How helpful do applicants generally find a campus visit?
I believe it is very important for an individual to visit our campus to get a better understanding of our program and one’s overall fit with the school. We have a number of opportunities to experience Michigan through tours, class visits, and specialized weekends. As an admitted student, many will come for our admit weekend. In some instances, students, particularly those coming internationally, have never visited our campus until they come to search for housing and the first semester begins. This can also happen to military applicants and others for a variety of reasons. Most of these students, however, have had the opportunity to meet us on the road and have engaged with one of our many alumni to get a strong feel for the Michigan experience remotely.
Editor’s note: Here is an additional link that may be of interest:
Do you have any special instructions or advice for applicants who wish to visit the business school’s campus?
Michigan Business School has a specific web site. They also have ambassador programs such as “Your Day at Michigan” where a student spends the day on campus that coincides with his or her scheduled interview time. Applicants are encouraged to attend special weekend events, conferences, and meet and greet the students.
How are re-applicants viewed by Michigan Business School and what do they need to do to be successful the second time around?
Some re-applicants are offered feedback, but generally they are asked to step back and think about whether their goals are clear, how well they are able to articulate these goals, and ask themselves about their weaknesses and strengths. We do not interview re-applicants. Instead they are asked to write a cover letter in which they highlight new achievements, extra-curricular activities, and reiterate their interest in Michigan Business School. This cover letter frames the re-application.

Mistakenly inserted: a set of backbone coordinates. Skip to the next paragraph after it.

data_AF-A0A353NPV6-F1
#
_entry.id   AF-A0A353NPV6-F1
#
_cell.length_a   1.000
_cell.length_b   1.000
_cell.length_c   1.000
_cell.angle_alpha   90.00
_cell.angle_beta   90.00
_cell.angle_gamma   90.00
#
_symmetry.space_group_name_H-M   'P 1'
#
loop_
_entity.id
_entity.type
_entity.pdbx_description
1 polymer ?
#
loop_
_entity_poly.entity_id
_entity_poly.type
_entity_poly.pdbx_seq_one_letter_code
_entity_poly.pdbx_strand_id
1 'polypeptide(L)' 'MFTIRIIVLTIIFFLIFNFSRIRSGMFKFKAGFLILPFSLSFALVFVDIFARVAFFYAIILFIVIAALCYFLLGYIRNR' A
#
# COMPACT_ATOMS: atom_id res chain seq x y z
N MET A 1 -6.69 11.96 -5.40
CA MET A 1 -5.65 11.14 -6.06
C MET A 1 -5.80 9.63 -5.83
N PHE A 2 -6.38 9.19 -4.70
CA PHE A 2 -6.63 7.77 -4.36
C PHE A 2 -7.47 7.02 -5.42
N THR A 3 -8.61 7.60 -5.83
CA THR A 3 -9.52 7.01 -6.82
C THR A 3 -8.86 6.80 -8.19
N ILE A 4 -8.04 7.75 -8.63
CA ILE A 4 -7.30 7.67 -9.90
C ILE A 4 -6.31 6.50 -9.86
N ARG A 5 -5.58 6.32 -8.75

Describe how the financial aid process works and what admitted students can expect in terms of scholarships, assistantships, and loan guarantees.
Applicants for financial aid should complete the FAFSA. The school carries the CitiAssist Loan, a guaranteed loan program. From a scholarship standpoint, there is typically a pool of dollars for need and a pool of dollars for merit. We try to allocate some of these funds to international students as well. Scholarships are awarded at the time of admission.
Could you talk about the activities occurring in Career Services at your school?
Michigan Business School had a great year this past year in terms of student career success. In a sense, this year was a throwback to a “normal” year for MBA recruiting. As of mid-July, those who reported receiving offers have risen significantly from last year, with close to 90% percent of students receiving at least one offer – a figure representative of the mid to late 1990’s. Additionally, on-campus recruitment schedules and slots for company presentations have increased significantly for the second consecutive year, so we are continuing to be optimistic.
What specifically should IT applicants do to differentiate themselves in their applications?
IT applicants come in many forms. They tend to think that they are all going to be lumped together into one pool and we will only select the best few from them. This is not our approach to selecting students for the program. What they forget is that they are all different people and they are all unique. They have made different decisions about where to go to school and where to work. They need to bring these out in their applications. The personality and individuality must stand out. I remember going to forums and being asked, “Should I leave my job to join a start up to differentiate myself?” I would ask them if they were happy at their current position and if they had room for further development. Often times they answered yes. Well in that case, stay where you are!